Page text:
I don’t want to fuse somebody who’s not going to listen because a painful nonunion is going to be far worse than the arthritis that they have the hallux limitus or rigidus. It’s important to really consider those options, consider the degree of the deformity and then what are you going to do? You see this on the x-ray, and the patient says it hurts when my big toe goes up. You’re faced with a series of choices. You knock the bump off, is that going to be enough? Is it enough to just bring this bone back a little bit? I mean take off the base of the phalanx. You have a lot of choices and a lot of options and many of the products out in the [indecipherable] [15:25] encourage you to visit with them, they all have products for this. It’s a big, a lot of options. But you have to consider the degree of deformity and age of the patient, what are the realistic functional outcomes? Then, are they going to be compliant? Because you don’t want to fuse somebody who’s not going to listen. Then consider the postop course. You also have to consider your salvage options. The options of what are you going to do if what you do fails, what’s the next step? If you fuse it and they get a nonunion, then what? If you put an implant and it doesn’t work, then what? Just be thinking in terms of that. In this case, would we do an implant, do we do a fusion? These are the options. Then the postoperative care, yeah, it’s a calculated risk. You have to think of what you’re going to do. They’re procedure-specific. Obviously, there are some things you want to really get them doing a range of motion quickly on. That would be the joint preserving procedures. Other things, you want them to leave it alone. You don’t want them to touch, you don’t want any weight on it until there’s radiographic signs of healing and those would be more of the arthrodesis type procedures. Now, interestingly, there’s a couple of articles about NSAIDs. I’ll share this with you, I’m running out of time, but this is important. Generally speaking for implant arthroplasties, I do use NSAIDs unless there’s a contraindication, largely because I want to limit the amount of inflammation while they start range of motion. With one caveat, you have to be careful. These patients do get complications and can be fairly significant. I had a lady who had no previous history, had had a hallux limitus on the one side, we did an implant on the one side. She loved it, she wanted to come back for a second on the other side. We had done everything the same the one side that we did at the second side. On postop day three, she presented to the ER unconscious. She had been found on the floor of her bathroom. They checked their H&H and her blood count was 9 and 24 something. She had a bleeding ulcer from the Toradol that I gave her. I operated on Tuesday, she had taken Wednesday day time doses and then fell at Wednesday night. She had about four Toradol tablets, 40 milligrams. No history. She had been taking ibuprofen like aspirin and things like that, had been eating it like candy for months prior the surgery. No previous history, but it does come to get you. She was admitted, transfused, we got her sorted out, she’s fine, but the risk is there. You have to take it seriously. It’s not always going to be somebody who says oh, I have a problem and you don’t give it, you have to be aware of that potential. Yes and no on the NSAIDs. I do like it, it does work, but there is a risk. I also like physical therapy for these, particularly the ones you want to get them moving forward. Here are just a few pictures. We’re running out of time and Harold is going to yank me off the stage here, but this is just the Ascension implant for a metatarsophalangeal joint resurfacing. Again, there’s arthrodesis. I like arthrodesis because if you can get it to heal and it’s in the right position, it’s going to be very, very functional. Patients have very little complains with this generally speaking. I get more complains on the implants, but frankly the people who want implants wanted implants anyway. We talked about doing the fusion then we sort of go back to the implant. Largely, because they’re unwilling to commit to the recovery. This is a 42-year-old female, I’ll just show you, she had a functional limit. It was only when she was weightbearing, but it was enough that she wanted to have something done. She had a small bunion. You can see, what is that, 13 degrees or so? We ended up just doing a decompression osteotomy on her. Just brought it back a little bit, got her some more range of motion, no big deal, she did great. This guy is a 51-year-old policeman. He had a more significant deformity as you can see here. And he would be one that I would really push towards a fusion and I think it’d be more functional for him in the long run, but he’s a policeman, he doesn’t want to stay off his feet. He wanted to have a surgery, one and done, back to work in a couple of weeks. He opted for an implant, which we did. This is the Ascension Movement total toe. And it’s a neat system because it comes in one big tray but it’s a phalangeal site, a metatarsal site or both. You have the options to do one, the other or sort of everything in between. He got a total because he had degenerative changes on both sides of the cartilage. But you can see here, it’s positioning, you kind of see how it kind of coughs up and resurfaces. He’s got a great range of motion, happy as a clam. Then this patient was a 52-year-old lady with a history of RA. She had previous surgery. Another physician had fused her IPJ for mallet toe that she had developed and she had started getting increasing degenerative changes here. This was her primary complaint but she had a lot of pain under the metatarsal heads as well, not surprising from her hammertoe. Ultimately, we decided to do a modified Hoffman-Clayton and took her back, fused the big toe, and then also took out the met heads and did the toes as well.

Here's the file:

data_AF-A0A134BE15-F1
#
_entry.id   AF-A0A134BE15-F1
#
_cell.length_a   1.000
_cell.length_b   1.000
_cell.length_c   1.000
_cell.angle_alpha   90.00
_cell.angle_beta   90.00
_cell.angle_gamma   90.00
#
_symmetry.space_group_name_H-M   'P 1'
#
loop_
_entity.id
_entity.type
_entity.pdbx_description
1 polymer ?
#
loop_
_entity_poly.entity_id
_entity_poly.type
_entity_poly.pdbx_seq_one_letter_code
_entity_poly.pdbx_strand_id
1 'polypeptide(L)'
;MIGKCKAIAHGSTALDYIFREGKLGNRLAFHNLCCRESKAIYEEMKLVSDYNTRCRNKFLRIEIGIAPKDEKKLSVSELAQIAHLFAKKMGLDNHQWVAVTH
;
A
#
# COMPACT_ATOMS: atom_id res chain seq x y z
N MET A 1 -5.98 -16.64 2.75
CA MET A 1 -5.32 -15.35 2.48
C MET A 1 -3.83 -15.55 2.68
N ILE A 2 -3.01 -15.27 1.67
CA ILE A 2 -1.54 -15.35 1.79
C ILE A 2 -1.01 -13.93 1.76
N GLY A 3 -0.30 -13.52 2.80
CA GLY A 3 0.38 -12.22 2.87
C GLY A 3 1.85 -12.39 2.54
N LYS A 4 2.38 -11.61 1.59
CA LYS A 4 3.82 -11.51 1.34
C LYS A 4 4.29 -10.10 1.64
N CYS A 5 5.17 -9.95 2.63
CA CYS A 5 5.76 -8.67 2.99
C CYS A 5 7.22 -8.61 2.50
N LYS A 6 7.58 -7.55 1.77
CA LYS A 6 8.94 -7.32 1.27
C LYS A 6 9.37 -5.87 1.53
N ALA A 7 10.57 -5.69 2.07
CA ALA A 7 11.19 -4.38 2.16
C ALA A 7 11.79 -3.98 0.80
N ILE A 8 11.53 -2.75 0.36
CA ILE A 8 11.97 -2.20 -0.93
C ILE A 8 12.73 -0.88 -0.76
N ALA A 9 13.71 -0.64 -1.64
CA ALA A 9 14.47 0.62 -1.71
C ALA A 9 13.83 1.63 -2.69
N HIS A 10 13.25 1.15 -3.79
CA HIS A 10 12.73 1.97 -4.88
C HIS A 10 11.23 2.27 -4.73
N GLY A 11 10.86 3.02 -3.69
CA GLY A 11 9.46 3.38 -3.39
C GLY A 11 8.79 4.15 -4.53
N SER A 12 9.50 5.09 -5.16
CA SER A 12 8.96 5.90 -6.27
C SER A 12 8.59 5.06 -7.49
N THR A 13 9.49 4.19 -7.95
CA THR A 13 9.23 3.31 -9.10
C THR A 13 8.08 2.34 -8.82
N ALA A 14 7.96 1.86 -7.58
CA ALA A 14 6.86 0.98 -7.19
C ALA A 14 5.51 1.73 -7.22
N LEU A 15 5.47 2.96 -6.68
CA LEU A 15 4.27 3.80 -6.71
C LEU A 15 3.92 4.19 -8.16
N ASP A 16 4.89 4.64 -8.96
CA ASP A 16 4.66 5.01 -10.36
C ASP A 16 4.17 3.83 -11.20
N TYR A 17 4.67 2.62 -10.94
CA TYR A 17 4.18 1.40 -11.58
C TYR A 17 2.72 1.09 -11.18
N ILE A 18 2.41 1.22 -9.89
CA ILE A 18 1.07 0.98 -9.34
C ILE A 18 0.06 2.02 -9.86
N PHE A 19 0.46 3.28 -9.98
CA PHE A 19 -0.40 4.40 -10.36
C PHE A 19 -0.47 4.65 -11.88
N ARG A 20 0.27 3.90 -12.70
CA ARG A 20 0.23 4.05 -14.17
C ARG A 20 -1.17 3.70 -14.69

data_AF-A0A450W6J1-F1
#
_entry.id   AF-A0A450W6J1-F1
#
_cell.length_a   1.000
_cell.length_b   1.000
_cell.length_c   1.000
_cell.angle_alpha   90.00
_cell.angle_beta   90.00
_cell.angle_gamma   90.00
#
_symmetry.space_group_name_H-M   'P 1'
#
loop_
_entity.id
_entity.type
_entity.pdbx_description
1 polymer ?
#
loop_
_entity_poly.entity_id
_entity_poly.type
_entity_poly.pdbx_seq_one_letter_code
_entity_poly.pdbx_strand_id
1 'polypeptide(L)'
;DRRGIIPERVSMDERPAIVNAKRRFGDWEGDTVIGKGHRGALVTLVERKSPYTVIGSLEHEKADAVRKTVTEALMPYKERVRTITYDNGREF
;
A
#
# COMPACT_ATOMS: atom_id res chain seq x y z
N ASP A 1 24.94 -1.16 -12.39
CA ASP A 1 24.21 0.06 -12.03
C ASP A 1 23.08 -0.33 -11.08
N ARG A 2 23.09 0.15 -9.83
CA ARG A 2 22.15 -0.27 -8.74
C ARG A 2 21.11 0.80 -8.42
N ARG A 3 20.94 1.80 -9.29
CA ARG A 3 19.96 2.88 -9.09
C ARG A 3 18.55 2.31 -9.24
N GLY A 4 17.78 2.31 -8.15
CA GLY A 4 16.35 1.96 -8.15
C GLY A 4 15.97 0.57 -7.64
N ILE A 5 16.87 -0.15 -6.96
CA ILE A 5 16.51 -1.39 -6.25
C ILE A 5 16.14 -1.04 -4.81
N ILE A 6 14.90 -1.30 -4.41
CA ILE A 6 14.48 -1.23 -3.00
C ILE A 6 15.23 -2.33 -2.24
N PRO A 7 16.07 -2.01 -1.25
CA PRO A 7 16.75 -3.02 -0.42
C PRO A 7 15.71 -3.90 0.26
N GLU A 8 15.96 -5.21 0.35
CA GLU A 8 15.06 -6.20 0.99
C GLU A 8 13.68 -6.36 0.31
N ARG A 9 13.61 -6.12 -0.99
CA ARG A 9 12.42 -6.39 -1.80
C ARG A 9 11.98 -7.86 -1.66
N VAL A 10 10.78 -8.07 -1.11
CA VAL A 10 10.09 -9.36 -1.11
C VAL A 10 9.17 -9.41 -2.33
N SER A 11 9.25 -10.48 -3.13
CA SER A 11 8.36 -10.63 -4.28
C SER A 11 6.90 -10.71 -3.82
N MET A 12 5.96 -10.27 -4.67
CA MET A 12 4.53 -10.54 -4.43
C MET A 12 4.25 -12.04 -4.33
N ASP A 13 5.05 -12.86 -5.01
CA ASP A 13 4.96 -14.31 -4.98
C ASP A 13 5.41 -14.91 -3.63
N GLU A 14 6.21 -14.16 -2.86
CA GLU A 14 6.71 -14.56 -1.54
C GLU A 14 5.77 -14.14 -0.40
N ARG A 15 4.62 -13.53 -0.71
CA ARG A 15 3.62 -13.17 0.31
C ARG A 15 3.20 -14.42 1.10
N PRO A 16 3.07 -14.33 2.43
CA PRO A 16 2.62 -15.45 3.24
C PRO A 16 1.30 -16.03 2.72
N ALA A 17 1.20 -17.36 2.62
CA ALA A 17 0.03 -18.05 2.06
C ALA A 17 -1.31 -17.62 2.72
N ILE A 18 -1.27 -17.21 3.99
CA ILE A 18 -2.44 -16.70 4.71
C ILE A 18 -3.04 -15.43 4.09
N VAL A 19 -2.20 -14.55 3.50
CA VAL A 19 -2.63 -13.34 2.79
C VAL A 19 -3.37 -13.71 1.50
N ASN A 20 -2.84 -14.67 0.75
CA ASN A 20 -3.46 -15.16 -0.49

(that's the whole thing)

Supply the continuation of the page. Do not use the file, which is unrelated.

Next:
And so you can see this is her after the fact. She got a great result with her fusion. She was very, very happy. That’s her foot now. You can see it’s sort of all the right position and she’s walking in her regular shoe, no problem. In conclusion, you really have to think of this as sort of a multifactorial component deformity. It’s not just that the joint is jammed but there a couple of reasons that it may be jammed and you have to really address or you’re going to be sorry, it’s not going to work for you. Particularly if you have a elevated of the first metatarsal. If I could leave you with anything, if the first med is elevated and you don’t address it, you’re going to have problems no matter what you do unless you fuse it and even then, it can be problem. You have to consider the options, the degree of deformity and then ultimately progress accordingly in terms of your surgical plan and you have to be ready for any complications and manage them early and aggressive. There are specific complication specific to individual procedures, nonunion, malunion, perfusions, synovitis for implants, things like that. Just be aware of them. Just be ready to deal with them as needs be. Are there any questions? All right.